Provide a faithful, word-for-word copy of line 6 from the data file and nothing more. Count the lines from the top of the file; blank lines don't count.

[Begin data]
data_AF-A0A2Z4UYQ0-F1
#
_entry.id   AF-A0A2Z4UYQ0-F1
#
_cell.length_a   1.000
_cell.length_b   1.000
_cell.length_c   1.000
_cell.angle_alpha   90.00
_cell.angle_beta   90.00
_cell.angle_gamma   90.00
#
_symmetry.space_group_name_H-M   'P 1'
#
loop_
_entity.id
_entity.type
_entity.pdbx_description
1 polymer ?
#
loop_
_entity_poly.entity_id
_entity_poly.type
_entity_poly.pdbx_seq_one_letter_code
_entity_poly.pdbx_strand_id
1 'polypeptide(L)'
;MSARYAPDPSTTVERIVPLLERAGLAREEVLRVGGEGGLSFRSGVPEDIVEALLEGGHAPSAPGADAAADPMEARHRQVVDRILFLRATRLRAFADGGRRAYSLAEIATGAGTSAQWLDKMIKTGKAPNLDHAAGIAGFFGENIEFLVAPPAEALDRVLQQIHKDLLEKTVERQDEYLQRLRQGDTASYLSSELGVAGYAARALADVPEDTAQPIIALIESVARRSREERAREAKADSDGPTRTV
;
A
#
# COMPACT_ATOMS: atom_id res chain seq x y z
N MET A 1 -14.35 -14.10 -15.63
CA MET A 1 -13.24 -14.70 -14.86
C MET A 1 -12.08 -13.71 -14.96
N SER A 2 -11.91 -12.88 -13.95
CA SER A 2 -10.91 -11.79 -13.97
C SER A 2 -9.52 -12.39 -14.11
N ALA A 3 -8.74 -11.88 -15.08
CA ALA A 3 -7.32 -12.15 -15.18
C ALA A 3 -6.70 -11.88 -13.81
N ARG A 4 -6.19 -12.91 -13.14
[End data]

_cell.length_b   1.000